After weeks of uncertainty, the cyclospora mystery is now over. The U.S. Food And Drug Administration (FDA) has linked the Iowa and Nebraska outbreaks to a Mexican supplier.

The salad mixes originated from Taylor Farms in Mexico. Since being confirmed as the source of the outbreak, the FDA has been working closely with the farm operators to try and prevent any continuing or further infections. The farm staff has been cooperative during the investigation.

"The FDA and the firm will be conducting an environmental assessment of the firm's processing facility in Mexico, to try to learn the probable cause of the outbreak and identify preventive controls to put in place to try and prevent a recurrence," the FDA said in a statement released today.

According to the Centers for Disease Control and Prevention (CDC), the number of outbreaks are continuing to rise, with cases of cyclospora infection now in 16 states as of Thursday.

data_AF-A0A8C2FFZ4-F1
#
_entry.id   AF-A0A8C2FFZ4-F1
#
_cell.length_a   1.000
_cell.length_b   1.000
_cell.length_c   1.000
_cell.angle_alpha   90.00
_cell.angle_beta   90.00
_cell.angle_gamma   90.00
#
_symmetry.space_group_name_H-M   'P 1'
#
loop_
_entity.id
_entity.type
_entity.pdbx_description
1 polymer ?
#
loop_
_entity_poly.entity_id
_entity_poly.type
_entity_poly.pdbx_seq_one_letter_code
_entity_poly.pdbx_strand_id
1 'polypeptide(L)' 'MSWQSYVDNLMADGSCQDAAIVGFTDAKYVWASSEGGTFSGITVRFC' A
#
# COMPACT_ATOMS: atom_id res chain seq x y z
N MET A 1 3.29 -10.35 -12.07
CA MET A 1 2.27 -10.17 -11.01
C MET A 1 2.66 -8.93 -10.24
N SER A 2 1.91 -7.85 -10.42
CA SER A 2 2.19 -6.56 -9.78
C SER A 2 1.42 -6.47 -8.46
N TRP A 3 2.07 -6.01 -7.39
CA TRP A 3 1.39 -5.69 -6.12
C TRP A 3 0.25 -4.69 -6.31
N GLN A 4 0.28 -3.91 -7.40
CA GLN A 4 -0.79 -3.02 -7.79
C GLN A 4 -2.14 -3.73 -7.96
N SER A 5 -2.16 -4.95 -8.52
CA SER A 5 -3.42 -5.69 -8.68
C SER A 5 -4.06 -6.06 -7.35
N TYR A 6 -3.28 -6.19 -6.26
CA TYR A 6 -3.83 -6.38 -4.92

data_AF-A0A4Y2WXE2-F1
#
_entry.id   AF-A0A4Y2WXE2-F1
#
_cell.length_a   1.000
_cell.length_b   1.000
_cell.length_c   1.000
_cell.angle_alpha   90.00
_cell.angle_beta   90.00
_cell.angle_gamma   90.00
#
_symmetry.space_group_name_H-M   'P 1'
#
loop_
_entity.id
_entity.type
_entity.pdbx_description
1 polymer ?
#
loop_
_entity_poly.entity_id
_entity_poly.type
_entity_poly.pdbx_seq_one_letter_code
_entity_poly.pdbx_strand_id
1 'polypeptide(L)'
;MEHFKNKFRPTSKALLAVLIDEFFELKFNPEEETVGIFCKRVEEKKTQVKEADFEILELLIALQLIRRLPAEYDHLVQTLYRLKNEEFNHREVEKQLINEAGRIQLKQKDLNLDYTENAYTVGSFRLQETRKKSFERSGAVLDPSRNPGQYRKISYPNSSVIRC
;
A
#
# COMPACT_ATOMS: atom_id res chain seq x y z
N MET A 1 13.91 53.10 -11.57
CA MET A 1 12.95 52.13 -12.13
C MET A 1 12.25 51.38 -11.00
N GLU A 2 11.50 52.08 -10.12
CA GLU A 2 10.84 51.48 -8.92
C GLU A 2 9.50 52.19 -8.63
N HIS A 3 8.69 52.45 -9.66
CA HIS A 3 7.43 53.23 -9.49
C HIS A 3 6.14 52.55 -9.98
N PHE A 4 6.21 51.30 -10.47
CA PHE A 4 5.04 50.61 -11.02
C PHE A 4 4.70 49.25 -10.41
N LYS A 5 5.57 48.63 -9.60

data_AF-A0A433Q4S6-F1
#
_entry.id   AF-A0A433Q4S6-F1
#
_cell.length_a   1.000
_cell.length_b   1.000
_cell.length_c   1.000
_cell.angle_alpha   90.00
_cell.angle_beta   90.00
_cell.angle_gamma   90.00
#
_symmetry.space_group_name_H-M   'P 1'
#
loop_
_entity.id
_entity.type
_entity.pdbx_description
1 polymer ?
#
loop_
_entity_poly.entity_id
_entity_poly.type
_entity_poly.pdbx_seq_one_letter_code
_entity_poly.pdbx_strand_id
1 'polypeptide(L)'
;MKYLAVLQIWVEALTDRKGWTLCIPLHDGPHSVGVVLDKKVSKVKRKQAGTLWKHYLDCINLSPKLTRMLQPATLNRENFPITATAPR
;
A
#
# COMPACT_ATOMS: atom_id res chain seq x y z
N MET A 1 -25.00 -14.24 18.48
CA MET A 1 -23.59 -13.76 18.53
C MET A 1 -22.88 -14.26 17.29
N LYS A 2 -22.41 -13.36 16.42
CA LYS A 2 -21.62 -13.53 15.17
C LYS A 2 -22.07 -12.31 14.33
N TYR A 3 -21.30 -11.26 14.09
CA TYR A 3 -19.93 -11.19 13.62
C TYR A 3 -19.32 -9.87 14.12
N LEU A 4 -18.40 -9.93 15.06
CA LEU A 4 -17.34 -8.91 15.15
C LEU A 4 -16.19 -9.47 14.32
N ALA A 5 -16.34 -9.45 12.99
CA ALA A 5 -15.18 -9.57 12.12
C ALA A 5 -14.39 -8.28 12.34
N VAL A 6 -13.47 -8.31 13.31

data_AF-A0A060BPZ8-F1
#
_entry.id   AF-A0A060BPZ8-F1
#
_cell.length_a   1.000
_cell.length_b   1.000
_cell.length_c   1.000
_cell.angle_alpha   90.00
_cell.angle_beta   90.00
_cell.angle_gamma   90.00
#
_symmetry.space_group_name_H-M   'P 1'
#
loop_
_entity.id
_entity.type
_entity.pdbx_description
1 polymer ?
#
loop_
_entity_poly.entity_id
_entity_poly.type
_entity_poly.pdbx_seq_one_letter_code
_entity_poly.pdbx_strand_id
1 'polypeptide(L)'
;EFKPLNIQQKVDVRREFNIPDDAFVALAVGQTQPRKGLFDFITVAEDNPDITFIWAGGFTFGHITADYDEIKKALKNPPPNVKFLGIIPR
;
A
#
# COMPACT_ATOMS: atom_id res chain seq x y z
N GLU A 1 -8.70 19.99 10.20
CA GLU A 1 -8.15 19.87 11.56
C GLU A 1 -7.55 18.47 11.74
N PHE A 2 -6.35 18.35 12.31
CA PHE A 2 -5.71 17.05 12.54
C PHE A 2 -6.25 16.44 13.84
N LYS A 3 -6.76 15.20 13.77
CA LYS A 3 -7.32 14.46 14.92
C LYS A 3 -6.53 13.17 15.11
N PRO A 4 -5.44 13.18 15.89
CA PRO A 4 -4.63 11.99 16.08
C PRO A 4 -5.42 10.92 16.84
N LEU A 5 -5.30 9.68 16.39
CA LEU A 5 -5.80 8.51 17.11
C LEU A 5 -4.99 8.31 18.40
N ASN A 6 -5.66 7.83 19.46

To date the recent outbreak has not caused any deaths, but cyclosporiasis's effect on the human gastrointestinal system and symptoms are detrimental.

The family-owned farm is located in Salinas, California. However, during the winter months, they distribute fresh produce from their satellite locations in Mexico. During a 2011 inspection, the FDA found no notable concerns. But in light of recent events, "[the] FDA is increasing its surveillance efforts on green leafy products exported to the U.S. from Mexico".

The Nebraska and Iowa outbreaks are linked to two restaurants, Olive Garden and Red Lobster.

The CDC and the FDA are working to contain this parasite. However, they are still unsure as to the origin of the other cyclospora outbreaks in other states.